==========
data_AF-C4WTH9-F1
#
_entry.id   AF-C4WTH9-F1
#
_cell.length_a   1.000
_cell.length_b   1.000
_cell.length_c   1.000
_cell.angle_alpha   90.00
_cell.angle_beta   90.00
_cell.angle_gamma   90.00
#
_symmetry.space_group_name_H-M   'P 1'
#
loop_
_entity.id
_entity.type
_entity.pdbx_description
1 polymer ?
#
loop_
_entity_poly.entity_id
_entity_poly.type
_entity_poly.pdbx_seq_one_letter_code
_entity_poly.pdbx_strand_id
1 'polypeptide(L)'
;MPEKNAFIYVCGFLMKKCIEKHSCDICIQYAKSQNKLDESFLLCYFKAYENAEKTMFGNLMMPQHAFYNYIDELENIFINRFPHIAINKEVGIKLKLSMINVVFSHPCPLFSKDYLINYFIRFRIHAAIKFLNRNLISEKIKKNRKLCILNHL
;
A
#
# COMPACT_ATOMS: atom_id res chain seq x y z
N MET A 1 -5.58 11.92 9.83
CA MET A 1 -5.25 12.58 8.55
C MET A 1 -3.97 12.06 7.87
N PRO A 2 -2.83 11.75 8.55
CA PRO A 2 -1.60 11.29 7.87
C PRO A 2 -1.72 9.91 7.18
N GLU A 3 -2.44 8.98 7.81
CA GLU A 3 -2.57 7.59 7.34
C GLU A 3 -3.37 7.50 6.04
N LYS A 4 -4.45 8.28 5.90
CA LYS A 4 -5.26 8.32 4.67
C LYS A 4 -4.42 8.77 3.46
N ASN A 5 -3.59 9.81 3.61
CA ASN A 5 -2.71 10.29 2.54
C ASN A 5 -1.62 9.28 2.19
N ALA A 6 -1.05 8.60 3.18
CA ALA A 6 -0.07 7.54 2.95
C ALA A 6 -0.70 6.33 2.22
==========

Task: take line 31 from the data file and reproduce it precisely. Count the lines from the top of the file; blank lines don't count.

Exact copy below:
N MET A 1 -5.58 11.92 9.83